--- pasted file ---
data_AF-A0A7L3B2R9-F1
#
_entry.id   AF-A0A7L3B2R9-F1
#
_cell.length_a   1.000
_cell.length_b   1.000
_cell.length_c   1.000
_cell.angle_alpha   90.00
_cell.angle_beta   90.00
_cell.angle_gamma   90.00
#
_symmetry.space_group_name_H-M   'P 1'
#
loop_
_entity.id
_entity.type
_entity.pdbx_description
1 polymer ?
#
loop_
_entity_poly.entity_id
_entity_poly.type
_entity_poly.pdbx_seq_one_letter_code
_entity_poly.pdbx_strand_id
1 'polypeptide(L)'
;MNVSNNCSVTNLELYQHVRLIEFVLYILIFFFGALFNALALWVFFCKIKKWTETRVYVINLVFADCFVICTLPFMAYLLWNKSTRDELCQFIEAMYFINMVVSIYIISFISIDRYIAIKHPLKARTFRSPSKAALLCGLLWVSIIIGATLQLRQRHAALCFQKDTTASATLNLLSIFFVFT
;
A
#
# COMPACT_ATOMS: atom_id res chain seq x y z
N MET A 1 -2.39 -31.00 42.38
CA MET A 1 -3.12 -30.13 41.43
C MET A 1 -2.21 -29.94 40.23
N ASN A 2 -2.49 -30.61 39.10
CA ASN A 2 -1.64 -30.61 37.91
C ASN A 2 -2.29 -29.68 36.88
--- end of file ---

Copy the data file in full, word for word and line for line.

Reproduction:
data_AF-A0A7L3B2R9-F1
#
_entry.id   AF-A0A7L3B2R9-F1
#
_cell.length_a   1.000
_cell.length_b   1.000
_cell.length_c   1.000
_cell.angle_alpha   90.00
_cell.angle_beta   90.00
_cell.angle_gamma   90.00
#
_symmetry.space_group_name_H-M   'P 1'
#
loop_
_entity.id
_entity.type
_entity.pdbx_description
1 polymer ?
#
loop_
_entity_poly.entity_id
_entity_poly.type
_entity_poly.pdbx_seq_one_letter_code
_entity_poly.pdbx_strand_id
1 'polypeptide(L)'
;MNVSNNCSVTNLELYQHVRLIEFVLYILIFFFGALFNALALWVFFCKIKKWTETRVYVINLVFADCFVICTLPFMAYLLWNKSTRDELCQFIEAMYFINMVVSIYIISFISIDRYIAIKHPLKARTFRSPSKAALLCGLLWVSIIIGATLQLRQRHAALCFQKDTTASATLNLLSIFFVFT
;
A
#
# COMPACT_ATOMS: atom_id res chain seq x y z
N MET A 1 -2.39 -31.00 42.38
CA MET A 1 -3.12 -30.13 41.43
C MET A 1 -2.21 -29.94 40.23
N ASN A 2 -2.49 -30.61 39.10
CA ASN A 2 -1.64 -30.61 37.91
C ASN A 2 -2.29 -29.68 36.88